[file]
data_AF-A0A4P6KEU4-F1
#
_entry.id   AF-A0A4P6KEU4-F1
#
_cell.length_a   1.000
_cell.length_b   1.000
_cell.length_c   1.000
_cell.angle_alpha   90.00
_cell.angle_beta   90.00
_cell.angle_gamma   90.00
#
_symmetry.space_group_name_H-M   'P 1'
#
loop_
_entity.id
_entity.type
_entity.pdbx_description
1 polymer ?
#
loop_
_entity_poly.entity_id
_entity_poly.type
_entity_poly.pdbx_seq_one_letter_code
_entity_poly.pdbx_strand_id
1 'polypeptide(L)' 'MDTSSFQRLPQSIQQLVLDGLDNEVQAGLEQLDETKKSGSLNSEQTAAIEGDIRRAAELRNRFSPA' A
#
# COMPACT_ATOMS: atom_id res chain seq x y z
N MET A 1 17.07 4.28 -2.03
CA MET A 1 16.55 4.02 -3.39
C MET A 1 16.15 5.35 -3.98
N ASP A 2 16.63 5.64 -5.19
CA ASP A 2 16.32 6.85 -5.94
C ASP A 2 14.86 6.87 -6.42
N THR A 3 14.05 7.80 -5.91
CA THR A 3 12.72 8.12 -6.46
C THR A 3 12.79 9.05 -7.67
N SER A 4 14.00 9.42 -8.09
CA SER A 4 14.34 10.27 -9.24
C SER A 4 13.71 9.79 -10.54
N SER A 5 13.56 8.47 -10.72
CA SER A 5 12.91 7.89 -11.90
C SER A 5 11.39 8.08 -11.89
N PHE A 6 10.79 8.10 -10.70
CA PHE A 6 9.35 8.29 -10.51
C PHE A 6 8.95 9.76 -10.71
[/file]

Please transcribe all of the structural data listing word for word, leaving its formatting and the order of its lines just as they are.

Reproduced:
data_AF-A0A4P6KEU4-F1
#
_entry.id   AF-A0A4P6KEU4-F1
#
_cell.length_a   1.000
_cell.length_b   1.000
_cell.length_c   1.000
_cell.angle_alpha   90.00
_cell.angle_beta   90.00
_cell.angle_gamma   90.00
#
_symmetry.space_group_name_H-M   'P 1'
#
loop_
_entity.id
_entity.type
_entity.pdbx_description
1 polymer ?
#
loop_
_entity_poly.entity_id
_entity_poly.type
_entity_poly.pdbx_seq_one_letter_code
_entity_poly.pdbx_strand_id
1 'polypeptide(L)' 'MDTSSFQRLPQSIQQLVLDGLDNEVQAGLEQLDETKKSGSLNSEQTAAIEGDIRRAAELRNRFSPA' A
#
# COMPACT_ATOMS: atom_id res chain seq x y z
N MET A 1 17.07 4.28 -2.03
CA MET A 1 16.55 4.02 -3.39
C MET A 1 16.15 5.35 -3.98
N ASP A 2 16.63 5.64 -5.19
CA ASP A 2 16.32 6.85 -5.94
C ASP A 2 14.86 6.87 -6.42
N THR A 3 14.05 7.80 -5.91
CA THR A 3 12.72 8.12 -6.46
C THR A 3 12.79 9.05 -7.67
N SER A 4 14.00 9.42 -8.09
CA SER A 4 14.34 10.27 -9.24
C SER A 4 13.71 9.79 -10.54
N SER A 5 13.56 8.47 -10.72
CA SER A 5 12.91 7.89 -11.90
C SER A 5 11.39 8.08 -11.89
N PHE A 6 10.79 8.10 -10.70
CA PHE A 6 9.35 8.29 -10.51
C PHE A 6 8.95 9.76 -10.71